Friday, October 12, 2012


Intruders (2012)
Dir. Juan Carlos Fresnadillo
Written by Nicolás Casariego, Jaime Marques
Starring Clive Owen, Carice Van Houten, Daniel Bruhl, Ella Purnell

INTRUDERS is a gorgeously photographed, cleverly written, well acted, classically produced horror film from one of the most promising directors out there right now. It looks beautiful, and it has a unique construction following two families in two different countries as they deal with a shadowy, hooded phantasm named “Hollow Face.” Director Juan Carlos Fresnadillo directed the excellent, crazy INTACTO and directed what I consider to be one of the best single horror sequences in recent memory (albeit in a movie which was only OK) with the opening of 28 WEEKS LATER. Since then, he seems to have been on the list of possible directors for just about every major project Hollywood can snatch up, but in the meantime he did this. A sumptuously photographed psychological horror story starring Clive Owens, which in theory is about the best you could possibly hope for. And indeed, the movie is really great in every way except the only one that really matters, which is the scares.

But tell me, Mr. Anderson, what good is a phone call... if you're unable to speak?

I don’t know if I am just immune or what, but something about these scary guys in black coats with hoods that cover their faces just doesn’t do anything for me at all. Wasn’t scared of the fisherman from I KNOW WHAT YOU DID LAST SUMMER, wasn’t scared of the TALL MAN, wasn’t scared of the dementors from HARRY POTTER, wasn’t scared of Jawas. And unfortunately, if that particular horror trope doesn’t do anything for ya, the movie doesn’t have much else. If you’re not creeped out by a guy in a hood skulking around menacing people but never really actually doing much to them, man, you’re going to be checking your watch a lot. It’s a good reminder that horror can be a lot like comedy, in that if it doesn’t sync up with your particular distinct sensibilities, it doesn’t matter how hard it’s working cuz it’s never gonna reach ya.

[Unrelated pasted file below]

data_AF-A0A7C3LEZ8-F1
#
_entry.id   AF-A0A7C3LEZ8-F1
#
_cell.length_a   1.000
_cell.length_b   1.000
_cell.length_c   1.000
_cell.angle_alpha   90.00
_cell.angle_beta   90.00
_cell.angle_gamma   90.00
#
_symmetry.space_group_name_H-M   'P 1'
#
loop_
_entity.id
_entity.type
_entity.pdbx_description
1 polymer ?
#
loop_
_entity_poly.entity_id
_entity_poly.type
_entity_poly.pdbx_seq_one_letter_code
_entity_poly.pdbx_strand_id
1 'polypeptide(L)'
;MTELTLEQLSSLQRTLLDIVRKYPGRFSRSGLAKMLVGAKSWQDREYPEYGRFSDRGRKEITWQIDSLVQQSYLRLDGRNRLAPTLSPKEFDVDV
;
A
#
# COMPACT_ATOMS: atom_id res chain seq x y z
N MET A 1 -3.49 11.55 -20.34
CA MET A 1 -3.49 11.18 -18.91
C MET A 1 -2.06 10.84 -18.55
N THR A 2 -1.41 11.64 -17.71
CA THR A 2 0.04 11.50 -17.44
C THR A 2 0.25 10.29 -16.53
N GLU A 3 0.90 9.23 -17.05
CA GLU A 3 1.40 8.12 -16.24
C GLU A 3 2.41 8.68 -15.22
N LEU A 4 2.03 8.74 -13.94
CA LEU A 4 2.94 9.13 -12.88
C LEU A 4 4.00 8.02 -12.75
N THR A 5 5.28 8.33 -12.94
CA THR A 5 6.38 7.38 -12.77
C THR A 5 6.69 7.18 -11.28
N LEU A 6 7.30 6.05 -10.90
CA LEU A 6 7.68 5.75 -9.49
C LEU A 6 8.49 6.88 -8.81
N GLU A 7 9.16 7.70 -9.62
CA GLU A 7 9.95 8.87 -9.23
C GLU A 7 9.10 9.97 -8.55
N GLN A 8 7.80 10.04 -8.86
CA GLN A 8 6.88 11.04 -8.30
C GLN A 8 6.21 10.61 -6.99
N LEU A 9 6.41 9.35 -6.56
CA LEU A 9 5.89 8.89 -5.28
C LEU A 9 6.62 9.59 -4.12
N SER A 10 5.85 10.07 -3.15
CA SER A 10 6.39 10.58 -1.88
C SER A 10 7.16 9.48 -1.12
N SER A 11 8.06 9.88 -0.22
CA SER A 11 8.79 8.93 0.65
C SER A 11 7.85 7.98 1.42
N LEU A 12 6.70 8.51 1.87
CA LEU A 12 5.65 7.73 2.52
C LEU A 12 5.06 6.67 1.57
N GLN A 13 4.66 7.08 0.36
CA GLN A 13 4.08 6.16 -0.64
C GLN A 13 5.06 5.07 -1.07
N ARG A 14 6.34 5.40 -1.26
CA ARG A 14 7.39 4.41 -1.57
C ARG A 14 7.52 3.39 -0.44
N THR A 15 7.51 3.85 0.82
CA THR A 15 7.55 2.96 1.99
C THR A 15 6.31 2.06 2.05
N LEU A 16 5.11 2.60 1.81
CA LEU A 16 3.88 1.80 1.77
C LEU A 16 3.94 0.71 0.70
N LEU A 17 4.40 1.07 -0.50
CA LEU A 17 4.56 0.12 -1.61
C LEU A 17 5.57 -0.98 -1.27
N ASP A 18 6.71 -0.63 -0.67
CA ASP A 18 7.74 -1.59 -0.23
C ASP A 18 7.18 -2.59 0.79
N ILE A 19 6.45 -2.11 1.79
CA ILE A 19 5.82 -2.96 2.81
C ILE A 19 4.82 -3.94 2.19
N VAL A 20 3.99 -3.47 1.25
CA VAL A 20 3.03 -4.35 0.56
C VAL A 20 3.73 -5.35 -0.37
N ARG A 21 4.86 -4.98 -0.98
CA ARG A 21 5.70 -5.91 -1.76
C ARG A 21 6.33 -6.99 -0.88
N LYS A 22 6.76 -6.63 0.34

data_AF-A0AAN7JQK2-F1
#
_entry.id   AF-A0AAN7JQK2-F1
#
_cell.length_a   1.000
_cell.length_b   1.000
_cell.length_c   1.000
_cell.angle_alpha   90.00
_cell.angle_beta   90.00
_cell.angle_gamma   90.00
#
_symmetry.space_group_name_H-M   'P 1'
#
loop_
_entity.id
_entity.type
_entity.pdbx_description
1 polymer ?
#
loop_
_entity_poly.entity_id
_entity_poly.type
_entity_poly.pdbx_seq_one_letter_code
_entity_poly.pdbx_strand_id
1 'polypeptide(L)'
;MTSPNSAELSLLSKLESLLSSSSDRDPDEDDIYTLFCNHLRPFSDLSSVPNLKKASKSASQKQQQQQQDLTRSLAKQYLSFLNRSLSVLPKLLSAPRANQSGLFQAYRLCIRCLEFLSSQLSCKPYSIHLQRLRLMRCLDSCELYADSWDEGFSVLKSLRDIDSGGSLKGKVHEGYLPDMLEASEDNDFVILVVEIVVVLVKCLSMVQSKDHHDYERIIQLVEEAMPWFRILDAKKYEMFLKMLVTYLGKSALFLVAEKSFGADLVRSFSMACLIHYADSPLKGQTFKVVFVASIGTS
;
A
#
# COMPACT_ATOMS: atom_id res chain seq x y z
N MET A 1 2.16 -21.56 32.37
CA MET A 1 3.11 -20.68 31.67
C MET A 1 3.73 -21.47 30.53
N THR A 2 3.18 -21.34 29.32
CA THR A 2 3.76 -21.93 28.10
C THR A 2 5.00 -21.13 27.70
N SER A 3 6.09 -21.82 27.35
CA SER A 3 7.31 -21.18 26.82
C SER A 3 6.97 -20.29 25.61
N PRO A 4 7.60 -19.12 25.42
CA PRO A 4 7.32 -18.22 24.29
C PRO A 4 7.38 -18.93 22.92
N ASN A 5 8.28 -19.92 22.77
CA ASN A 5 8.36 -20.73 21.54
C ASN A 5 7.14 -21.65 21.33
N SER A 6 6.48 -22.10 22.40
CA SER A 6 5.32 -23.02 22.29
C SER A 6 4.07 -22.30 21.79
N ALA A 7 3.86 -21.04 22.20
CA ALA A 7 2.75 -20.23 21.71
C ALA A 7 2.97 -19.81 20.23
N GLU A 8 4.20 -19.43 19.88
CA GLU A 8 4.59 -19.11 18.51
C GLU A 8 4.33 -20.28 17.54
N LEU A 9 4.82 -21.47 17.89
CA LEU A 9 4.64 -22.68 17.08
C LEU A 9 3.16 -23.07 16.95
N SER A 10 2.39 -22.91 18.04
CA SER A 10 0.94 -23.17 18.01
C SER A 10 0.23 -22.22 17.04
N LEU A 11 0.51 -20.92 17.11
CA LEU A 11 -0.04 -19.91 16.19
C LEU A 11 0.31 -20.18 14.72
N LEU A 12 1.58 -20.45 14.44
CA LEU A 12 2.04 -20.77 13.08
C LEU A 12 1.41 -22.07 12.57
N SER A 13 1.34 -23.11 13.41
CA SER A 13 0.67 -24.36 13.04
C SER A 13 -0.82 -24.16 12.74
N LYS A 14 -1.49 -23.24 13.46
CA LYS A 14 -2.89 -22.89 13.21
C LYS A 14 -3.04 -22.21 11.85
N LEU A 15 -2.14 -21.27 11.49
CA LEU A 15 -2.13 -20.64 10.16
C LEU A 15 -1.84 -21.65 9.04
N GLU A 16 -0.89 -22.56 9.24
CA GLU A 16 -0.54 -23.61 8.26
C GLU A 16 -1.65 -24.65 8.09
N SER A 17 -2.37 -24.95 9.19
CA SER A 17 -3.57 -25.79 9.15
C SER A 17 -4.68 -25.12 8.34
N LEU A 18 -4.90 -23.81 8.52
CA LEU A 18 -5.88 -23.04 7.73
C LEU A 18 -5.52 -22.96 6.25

And it’s a shame, because there’s a ton I admire here. I love the idea of these two parallel tales about the same monster, subtly different in their tone and execution. I love Clive Owen and his well-meaning but awkward relationship with his daughter who is getting too old for him to relate to anymore. I love seeing Carice Van Houten (so fantastic in BLACK BOOK) get work, even if she’s mostly wasted here. I even sort of love the twist in the way the two seemingly parallel stories interact with each other. And I can see good horror ideas in here. The opening scene of the film has a little kid simply watching in shock and disbelief as this hooded, creepy thing climbs up the railing outside his apartment out of fucking nowhere -- no context, no warnings of any kind. There’s a fun scene where the same kid climbs fearfully out of bed, sensing that the monster is around somewhere. We turn with him as he looks feverishly 360 degrees around him, still feeling anxious but convinced that the danger is nowhere in sight. But Hollow Face is right behind him, moving exactly as he does so as to stay just outside his vision. Great horror idea, well executed, just does nothing for me. I wanted to love this one, and it’s definitely worth some love by someone better suited for the kind of scares it’s selling. That just ain’t me.

Put Ernest Borgnine in the hood, then we'll talk.


BOOBIES: Yep, Van Houten and Owen have a brief sex scene
OBSCURITY LEVEL: Mid. Got a 33-theater release this year.
MONSTERS: Sort of.

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